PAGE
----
Prozac (fluoxetine) is a selective serotonin reuptake inhibitor (SSRI) antidepressant. Fluoxetine affects certain chemical messengers (neurotransmitters) that communicate between brain cells and helps people with depression, panic, anxiety, or obsessive-compulsive symptoms.
Fluoxetine is a drug belonging to the class of selective serotonin reuptake inhibitors used, like other SSRIs, for the treatment of psychiatric disorders of various kinds such as major depression, anxiety disorders (obsessive-compulsive disorders and panic attacks) and bulimia; however, it is increasingly used off label also for other non-psychiatric pathologies such as premenstrual dysphoric disorder and premature ejaculation. Known commercially as Prozac, it was the first SSRI to be approved for medical use, coming on the market in 1986 in the US. It was first synthesized in the Eli-Lilly laboratories in 1972.
Fluoxetine is able to bind and block the activity of the serotonin transporter without showing, at therapeutic doses, significant affinities for those of noradrenaline and dopamine. This is believed to lead to increased serotonin concentrations in the synaptic wall which can thus stimulate its receptors for longer. Fluoxetine in high doses (60-80 mg), shows a non negligible affinity for the 5HT2C serotonin receptor, which could help to strengthen its therapeutic effects.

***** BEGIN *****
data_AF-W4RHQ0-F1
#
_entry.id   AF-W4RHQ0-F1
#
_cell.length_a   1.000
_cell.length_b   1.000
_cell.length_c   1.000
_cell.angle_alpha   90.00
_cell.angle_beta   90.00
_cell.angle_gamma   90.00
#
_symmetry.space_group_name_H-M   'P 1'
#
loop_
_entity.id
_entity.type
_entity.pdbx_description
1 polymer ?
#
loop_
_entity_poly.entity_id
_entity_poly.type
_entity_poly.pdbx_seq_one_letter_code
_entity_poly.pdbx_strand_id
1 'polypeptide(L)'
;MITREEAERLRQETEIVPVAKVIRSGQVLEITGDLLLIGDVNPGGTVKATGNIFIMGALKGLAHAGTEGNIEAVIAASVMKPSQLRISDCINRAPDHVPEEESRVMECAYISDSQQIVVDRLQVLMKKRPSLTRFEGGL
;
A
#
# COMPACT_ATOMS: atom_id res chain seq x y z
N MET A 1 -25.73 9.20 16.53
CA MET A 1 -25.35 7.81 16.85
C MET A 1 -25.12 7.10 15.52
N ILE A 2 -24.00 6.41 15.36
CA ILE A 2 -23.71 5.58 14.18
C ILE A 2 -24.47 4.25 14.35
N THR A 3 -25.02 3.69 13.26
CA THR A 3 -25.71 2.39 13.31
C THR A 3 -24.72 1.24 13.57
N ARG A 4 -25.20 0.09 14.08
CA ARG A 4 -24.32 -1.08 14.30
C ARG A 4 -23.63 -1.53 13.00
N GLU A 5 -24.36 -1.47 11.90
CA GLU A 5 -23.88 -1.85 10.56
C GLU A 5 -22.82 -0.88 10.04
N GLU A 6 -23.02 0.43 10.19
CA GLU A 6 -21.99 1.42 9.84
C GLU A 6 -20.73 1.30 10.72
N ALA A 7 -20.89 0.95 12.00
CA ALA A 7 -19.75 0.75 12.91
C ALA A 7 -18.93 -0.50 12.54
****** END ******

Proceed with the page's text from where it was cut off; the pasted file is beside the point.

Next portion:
Fluoxetine and its metabolite nor-fluoxetine, as well as other SSRIs, have also been shown to increase brain concentrations of Allopregnanolone, a potent GABA-A receptor agonist known to mediate anxiolytic effects. Both then showed themselves capable of acting, in the same way, on this same receptor; this may mediate some of the therapeutic and side effects of fluoxetine. Furthermore, Fluoxetine acts as an agonist of the σ1 receptor with a potency greater than that of citalopram, but less than that of Fluvoxamine. However, the clinical relevance of this property is unclear.
Fluoxetine then acts as a blocker of anoctamine 1 channel, a calcium-activated chlorine channel. Other ion channels, such as the nicotinic acetylcholine receptor and the 5HT3 serotonin receptor, are inhibited at therapeutic concentrations by fluoxetine. Additionally, fluoxetine inhibits acid sphyengomyelinase, a key regulator of ceramide concentration.
Most common Fluoxetin’s side effects are:
Thoughts of self harm and / or suicide
Akathisia (restlessness), irritability, anxiety
Insomnia or sleepiness
Feeling of weakness
Alteration of taste
Gastrointestinal disturbances (nausea, diarrhea)
Sexual dysfunction (decreased libido, anorgasmia)
Emotional flattening (anhedonia)
Flu-like symptoms (rhinitis, pharyngitis, fatigue, muscle aches)
Tremors, involuntary movements
Swelling of the lips and difficulty in breathing
Skin problems (redness, blistering)
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